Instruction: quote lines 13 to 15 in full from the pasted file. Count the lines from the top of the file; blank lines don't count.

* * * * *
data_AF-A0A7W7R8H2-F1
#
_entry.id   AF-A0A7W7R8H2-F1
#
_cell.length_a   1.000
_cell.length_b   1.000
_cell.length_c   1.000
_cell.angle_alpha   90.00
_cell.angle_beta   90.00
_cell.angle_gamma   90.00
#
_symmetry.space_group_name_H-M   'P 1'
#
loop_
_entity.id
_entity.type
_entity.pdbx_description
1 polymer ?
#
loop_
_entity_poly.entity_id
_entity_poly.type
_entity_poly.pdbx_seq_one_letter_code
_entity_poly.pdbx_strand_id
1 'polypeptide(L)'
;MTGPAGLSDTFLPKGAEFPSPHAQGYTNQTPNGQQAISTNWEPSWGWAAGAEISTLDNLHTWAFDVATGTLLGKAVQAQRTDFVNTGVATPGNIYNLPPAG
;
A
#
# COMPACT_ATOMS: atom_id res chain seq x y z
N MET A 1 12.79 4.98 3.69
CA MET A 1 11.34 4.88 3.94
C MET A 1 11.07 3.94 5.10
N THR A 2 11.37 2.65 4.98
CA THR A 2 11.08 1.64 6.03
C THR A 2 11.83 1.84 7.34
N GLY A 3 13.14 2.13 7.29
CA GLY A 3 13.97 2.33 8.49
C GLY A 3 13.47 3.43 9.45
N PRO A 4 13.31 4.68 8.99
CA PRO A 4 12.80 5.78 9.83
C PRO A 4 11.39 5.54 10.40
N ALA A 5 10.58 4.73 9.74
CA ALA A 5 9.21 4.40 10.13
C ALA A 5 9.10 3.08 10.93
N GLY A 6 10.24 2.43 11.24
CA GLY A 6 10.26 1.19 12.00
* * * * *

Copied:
#
loop_
_entity.id